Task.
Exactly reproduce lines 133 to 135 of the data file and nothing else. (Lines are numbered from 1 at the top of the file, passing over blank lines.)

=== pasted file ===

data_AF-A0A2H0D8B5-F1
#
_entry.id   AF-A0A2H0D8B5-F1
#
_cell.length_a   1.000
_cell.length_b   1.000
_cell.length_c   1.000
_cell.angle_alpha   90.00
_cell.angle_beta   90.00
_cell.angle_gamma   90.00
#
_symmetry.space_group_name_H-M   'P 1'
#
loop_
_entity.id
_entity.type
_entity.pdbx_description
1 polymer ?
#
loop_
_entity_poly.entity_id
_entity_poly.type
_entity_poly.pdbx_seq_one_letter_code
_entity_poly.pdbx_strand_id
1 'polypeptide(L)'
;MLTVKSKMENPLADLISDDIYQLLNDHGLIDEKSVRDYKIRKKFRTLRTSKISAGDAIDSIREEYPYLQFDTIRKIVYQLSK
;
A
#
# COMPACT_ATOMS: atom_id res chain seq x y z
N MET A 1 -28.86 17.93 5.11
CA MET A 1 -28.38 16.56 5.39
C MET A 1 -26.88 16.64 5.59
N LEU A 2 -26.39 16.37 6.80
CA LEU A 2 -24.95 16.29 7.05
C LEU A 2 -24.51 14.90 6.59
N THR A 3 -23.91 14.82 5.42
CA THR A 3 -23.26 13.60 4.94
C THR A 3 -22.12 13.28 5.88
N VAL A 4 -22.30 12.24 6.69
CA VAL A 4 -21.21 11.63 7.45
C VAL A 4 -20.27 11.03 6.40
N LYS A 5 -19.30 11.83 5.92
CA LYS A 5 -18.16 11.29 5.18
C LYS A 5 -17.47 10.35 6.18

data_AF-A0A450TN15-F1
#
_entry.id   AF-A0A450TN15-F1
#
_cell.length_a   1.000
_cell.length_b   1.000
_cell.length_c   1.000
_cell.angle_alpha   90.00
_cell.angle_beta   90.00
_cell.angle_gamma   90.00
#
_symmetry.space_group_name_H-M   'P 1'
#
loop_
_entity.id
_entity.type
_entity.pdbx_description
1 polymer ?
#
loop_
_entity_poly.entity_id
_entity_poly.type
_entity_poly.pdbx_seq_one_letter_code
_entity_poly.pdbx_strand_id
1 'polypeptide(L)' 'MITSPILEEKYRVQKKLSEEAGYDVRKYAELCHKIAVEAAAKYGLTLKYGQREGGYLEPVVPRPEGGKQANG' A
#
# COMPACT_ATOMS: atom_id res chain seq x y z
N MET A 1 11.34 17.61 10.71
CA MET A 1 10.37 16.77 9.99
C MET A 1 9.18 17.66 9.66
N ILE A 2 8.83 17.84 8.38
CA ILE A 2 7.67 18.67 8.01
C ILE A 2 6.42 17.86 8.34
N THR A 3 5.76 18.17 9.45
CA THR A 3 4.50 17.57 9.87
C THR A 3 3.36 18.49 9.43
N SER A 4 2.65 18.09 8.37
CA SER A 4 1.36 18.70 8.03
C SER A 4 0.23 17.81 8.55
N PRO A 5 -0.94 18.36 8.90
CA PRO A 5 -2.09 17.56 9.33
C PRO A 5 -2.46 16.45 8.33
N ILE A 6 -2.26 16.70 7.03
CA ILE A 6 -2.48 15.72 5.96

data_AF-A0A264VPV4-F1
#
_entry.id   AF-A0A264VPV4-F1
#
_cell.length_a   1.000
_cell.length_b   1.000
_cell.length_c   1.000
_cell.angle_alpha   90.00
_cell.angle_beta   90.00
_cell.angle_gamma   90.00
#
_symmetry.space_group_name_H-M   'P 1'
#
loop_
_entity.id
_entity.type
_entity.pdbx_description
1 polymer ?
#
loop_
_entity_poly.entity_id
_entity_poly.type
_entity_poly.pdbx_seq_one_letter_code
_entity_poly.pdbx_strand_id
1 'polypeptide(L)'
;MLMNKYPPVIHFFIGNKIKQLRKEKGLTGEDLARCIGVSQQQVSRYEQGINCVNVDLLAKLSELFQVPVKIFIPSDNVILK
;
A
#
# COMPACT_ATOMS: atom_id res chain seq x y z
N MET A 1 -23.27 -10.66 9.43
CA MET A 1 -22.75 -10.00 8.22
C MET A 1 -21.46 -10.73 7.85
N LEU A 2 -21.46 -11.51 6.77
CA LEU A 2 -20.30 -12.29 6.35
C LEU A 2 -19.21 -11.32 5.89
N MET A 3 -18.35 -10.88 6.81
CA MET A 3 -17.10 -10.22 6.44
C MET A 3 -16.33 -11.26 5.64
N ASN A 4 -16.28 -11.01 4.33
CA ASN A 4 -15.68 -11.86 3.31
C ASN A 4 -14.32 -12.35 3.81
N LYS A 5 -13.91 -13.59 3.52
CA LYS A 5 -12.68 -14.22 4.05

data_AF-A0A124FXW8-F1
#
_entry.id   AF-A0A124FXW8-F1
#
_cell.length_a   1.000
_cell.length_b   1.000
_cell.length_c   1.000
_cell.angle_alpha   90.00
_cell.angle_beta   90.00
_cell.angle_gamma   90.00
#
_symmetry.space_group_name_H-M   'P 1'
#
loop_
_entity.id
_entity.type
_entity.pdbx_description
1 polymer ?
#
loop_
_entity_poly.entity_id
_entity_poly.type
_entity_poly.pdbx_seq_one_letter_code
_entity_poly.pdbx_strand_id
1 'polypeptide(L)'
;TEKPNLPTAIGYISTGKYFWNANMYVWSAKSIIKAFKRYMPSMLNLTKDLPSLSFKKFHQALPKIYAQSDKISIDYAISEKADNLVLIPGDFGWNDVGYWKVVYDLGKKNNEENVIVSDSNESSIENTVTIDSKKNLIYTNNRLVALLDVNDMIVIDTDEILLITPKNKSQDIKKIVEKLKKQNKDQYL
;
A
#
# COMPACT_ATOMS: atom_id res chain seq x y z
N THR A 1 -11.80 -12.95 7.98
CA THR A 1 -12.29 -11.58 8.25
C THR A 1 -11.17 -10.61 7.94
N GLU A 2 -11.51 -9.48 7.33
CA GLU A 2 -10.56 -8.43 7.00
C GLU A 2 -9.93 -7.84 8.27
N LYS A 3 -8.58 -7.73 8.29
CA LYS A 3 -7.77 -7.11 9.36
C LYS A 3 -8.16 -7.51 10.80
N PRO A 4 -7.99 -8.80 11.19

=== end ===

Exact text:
CA LYS A 5 -12.68 -14.22 4.05

data_AF-A0A124FXW8-F1
#